PPIC also showed Brown leading Whitman just 32-25% among Latinos – a smaller margin than the USC/LA Times poll had (51-32%), but closer to what the Field Poll reported (43-40%). All those Latino numbers, however, were before Nicky Diaz told her story Wednesday about working for Whitman.

According to PPIC, seven in 10 liberals and a plurality of moderates prefer Brown while two-thirds of conservatives favor Whitman.

A couple of interesting crosstabs PPIC ran for Calbuzz that show some fault lines:

Brown voters lean 5-3 against Prop 23, which would suspend California’s law limiting greenhouse gases, while Whitman voters lean 4-3 in favor of the proposition.

On a question that gets to creating a path to citizenship for illegal workers, 61% of likely voters said “most illegal immigrants who have lived and worked in the United States for at least two years . . .  should be given a chance to keep their jobs and eventually apply for legal status” while just 35% said they should be deported back to their native country.”

Those favoring a path to citizenship lean 75-44% for Brown while those for deportation favor Whitman 52-20%. Also, Brown voters favor a path to citizenship over deportation by 46-21% while Whitman voters prefer deportation by 56-28%.

Here’s PPIC’s rundown on the Senate race:

Democratic incumbent Barbara Boxer holds a 7-point lead over Republican Carly Fiorina in the U.S. senate race, with 17 percent of likely voters undecided. In July, the race was closer (39% Boxer, 34% Fiorina, 22% undecided). Today, Democrats (72%) support Boxer at much the same level as they did in July (68%); Republican support for Fiorina is also consistent (72% today, 72% July). Independents are currently divided in their support for Fiorina (34%) and Boxer (32%); in July, independents were somewhat more likely to prefer Boxer (35%) over Fiorina (29%). Boxer receives overwhelming support from liberals (74%) while 66 percent of conservatives favor Fiorina. A plurality of moderates say they will vote for Boxer (46%) rather than Fiorina (25%).

PPIC: Sept. 19-26; 2,004 adults surveyed, including 1,563 registered voters and 1,104 likely voters. Margin of error for likely voters is ±3.6 percent.

Another poll just out:

From Time/CNN: “Democrats Barbara Boxer and Jerry Brown have cemented leads over their GOP opponents… Boxer leads Fiorina 52% to 43% among likely voters. That’s a significant improvement from earlier this month when a CNN-TIME-Opinion Research poll found Boxer just edging past Fiorina amongst likely voters 48% to 44%. Likewise in the gubernatorial race, Brown leads former eBay CEO Meg Whitman 52% to 43% among likely voters, a reversal of fortunes for Brown who earlier this month was losing to Whitman 46% to 48% in a poll conducted Sept. 2-7. Brown and Boxer both benefit from moderates breaking for them: 59% for Boxer to Fiorina’s 32% and 59% for Brown to Whitman’s 36%…. 786 likely voters… margin of error of plus or minus 3.5%.”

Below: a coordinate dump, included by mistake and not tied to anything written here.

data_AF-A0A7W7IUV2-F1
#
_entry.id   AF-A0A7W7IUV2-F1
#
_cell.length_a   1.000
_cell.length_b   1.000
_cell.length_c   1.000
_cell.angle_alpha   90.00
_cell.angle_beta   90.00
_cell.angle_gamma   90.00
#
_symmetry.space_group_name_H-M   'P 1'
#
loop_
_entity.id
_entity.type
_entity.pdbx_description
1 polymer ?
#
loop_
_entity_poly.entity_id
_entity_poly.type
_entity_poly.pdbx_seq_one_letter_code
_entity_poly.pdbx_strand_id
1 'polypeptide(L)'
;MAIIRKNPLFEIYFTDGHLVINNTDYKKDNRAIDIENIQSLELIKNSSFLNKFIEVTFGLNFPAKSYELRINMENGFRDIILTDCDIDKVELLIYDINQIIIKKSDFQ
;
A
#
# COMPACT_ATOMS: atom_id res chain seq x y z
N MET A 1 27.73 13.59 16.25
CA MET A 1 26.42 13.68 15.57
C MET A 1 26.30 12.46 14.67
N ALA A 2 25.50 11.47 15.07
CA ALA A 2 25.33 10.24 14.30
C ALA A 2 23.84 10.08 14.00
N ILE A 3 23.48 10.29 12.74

Footnote for polling weedwhackers

*This would be a significant movement if it were clear that those defined as independents in the PPIC poll really are independents. But it’s not. Like many pollsters nationwide, PPIC uses random digit dialing (RDD) to sample the adult population of California and then, with a series of questions, identifies Democrats, Republicans and independents and from them, using other questions, PPIC culls a sample of likely voters.

PPIC’s total sample, based on respondents’ answers, was 45% Democrats, 31% Republicans and 23% independents – close to registration but a bit high on independents. Their likely voter sample (which was not in their public release) was 45% Democrats, 36% Republicans and 18% independents – very similar to the proportions other public pollsters are using.

Other pollsters working in California politics have, for the sake of certainty and cost, moved to using the Secretary of State’s voter list from which to draw a sample of actual registered voters and then, using their actual voting history (and sometimes supplemental questions) determine who should be counted as a likely voter. The voter list does not include unlisted phone numbers or numbers for people who chose not to list one when they registered to vote. But it does include actual registered voters and their cell phone number if that’s what they listed when they registered.

RDD sampling, on the other hand, has the advantage of ensuring that every residential phone number in California, listed or not, has an equal chance of being included in the survey. But it relies on people’s responses to determine what party they’re in and if they’re likely to vote. So someone who is a Democrat but somewhat pissed off at the Democrats might tell a pollster he’s an independent. Or an independent might say she’s a Democrat. There’s no way to really know what party, if any, they’re registered in and if they’re really a likely voter. (Moreover, pollster have to supplement with random cellphone calls for which actual home residency can be tricky.)

Mark Baldassare, who runs PPIC’s polling, is very good at what he does. And his findings are extremely close to what the Field Poll found and not that far from what the LA Times/USC survey found. But a 10-point movement among independents is an odd finding that seems hard to explain from the post-Labor Day course of the campaign.

It’s possible that this movement is a function of how likely voters are defined in the survey. PPIC’s likely voter screen includes native and foreign born US citizens who say they are registered to vote and who say they always or nearly always vote. They must also say they have a great deal or fair amount of interest in politics and have at least some college education and have lived at their current residence up to five years OR they describe their interest in politics as only a little but have lived at their current residence for five years or more. In the months before an election PPIC also uses voters’ professed intention to vote and their measure of interest in politics to winnow out unlikely voters.

Including people who are registered Decline to State and including them only if they’ve voted in previous elections sure would be more straightforward.